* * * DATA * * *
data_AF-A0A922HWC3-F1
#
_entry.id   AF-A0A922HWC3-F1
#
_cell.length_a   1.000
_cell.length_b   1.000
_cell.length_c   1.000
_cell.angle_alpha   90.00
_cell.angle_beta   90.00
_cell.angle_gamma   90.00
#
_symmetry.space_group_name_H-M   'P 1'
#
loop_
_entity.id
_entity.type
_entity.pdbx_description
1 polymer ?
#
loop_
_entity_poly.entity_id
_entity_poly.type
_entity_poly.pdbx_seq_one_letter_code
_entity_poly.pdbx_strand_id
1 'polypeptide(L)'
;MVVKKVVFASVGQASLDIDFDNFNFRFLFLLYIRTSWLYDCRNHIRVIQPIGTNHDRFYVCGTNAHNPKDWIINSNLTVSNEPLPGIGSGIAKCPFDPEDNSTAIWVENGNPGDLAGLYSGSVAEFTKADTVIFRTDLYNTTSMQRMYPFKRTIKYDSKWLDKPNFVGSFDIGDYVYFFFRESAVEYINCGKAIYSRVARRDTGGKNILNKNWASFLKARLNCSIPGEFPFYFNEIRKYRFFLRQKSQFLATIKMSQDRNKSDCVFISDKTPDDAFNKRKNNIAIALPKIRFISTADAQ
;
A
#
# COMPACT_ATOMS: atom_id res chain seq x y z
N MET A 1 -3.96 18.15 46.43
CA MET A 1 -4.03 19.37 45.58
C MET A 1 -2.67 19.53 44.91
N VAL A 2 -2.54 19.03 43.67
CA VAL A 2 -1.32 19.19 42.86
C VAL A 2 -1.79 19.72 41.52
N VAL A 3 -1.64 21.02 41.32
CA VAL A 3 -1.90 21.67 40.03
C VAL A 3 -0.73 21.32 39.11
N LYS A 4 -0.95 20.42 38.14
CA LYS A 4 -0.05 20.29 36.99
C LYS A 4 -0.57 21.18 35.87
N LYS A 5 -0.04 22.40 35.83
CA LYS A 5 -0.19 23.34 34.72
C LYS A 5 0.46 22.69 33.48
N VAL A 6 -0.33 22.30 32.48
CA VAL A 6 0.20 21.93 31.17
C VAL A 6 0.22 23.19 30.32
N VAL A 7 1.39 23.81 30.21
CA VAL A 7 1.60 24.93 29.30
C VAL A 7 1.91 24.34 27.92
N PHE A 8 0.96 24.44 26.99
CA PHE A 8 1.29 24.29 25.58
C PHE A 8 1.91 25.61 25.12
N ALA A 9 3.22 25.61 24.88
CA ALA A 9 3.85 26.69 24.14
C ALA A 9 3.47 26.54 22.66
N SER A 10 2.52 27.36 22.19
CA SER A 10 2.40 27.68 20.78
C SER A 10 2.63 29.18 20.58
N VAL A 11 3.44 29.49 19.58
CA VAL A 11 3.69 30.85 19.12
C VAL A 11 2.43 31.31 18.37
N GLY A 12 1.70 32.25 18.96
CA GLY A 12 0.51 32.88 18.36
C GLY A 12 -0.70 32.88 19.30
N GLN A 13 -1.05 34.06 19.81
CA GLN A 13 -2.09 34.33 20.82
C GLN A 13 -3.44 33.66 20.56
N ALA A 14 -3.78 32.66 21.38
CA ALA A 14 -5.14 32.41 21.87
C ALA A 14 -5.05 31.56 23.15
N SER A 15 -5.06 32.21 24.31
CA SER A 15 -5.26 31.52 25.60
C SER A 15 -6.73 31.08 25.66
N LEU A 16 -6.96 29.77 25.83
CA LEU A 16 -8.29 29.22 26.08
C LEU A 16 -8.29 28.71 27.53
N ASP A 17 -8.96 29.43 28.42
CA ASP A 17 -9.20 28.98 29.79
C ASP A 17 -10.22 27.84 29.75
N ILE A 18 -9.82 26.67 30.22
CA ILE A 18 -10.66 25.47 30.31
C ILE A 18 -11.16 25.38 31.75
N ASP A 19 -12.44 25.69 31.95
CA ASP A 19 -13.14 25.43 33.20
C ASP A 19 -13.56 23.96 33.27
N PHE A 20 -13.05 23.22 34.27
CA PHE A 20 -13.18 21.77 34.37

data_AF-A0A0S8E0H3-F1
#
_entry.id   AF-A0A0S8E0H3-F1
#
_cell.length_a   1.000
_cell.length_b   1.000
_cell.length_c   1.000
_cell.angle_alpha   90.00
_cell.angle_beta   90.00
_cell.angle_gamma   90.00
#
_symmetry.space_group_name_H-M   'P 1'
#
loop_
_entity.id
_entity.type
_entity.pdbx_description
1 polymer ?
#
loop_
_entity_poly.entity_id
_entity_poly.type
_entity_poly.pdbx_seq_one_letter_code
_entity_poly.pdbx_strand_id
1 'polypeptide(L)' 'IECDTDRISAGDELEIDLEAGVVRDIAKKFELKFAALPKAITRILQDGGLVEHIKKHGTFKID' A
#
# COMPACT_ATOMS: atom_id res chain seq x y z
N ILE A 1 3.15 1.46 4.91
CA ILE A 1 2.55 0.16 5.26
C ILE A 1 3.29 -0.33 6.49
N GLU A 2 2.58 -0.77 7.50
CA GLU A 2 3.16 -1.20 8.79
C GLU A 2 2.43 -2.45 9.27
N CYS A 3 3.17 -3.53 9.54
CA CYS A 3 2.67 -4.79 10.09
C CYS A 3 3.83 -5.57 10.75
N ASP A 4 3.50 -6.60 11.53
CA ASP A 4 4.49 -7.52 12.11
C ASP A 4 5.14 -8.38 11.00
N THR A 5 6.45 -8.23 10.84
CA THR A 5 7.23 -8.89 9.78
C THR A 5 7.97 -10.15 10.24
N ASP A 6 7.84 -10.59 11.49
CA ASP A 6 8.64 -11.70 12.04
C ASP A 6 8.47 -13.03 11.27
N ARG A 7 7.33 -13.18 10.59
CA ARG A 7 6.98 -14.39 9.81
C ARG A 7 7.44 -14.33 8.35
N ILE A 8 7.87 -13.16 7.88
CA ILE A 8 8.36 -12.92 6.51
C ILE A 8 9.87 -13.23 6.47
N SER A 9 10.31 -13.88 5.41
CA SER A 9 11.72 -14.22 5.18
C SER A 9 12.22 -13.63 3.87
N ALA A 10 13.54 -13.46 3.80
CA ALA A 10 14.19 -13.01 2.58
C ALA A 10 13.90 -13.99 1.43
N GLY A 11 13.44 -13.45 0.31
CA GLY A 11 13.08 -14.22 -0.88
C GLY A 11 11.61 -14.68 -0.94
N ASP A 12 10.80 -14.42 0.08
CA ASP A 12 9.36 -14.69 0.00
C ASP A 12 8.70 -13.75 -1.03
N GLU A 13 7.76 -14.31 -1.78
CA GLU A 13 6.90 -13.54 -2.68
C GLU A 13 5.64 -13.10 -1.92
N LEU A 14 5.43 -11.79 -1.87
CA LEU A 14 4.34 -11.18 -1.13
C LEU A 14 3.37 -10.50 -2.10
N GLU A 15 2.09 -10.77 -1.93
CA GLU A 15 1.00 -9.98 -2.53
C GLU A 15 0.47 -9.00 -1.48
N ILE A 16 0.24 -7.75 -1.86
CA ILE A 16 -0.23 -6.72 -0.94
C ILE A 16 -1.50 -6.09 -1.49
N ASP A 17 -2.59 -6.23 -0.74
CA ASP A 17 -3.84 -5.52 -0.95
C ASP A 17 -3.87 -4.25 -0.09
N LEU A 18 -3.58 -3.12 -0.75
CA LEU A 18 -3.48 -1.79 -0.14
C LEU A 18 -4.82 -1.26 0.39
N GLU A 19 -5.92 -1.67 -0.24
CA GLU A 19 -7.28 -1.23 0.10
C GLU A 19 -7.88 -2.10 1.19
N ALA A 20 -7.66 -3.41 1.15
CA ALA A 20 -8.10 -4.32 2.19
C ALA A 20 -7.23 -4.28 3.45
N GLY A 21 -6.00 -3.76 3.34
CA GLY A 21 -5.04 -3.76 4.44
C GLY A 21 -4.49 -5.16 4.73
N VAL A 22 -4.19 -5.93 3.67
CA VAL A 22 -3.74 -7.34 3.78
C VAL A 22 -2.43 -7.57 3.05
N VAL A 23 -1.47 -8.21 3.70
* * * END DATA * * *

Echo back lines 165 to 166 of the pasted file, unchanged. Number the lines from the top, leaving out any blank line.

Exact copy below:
N ASP A 17 -2.59 -6.23 -0.74
CA ASP A 17 -3.84 -5.52 -0.95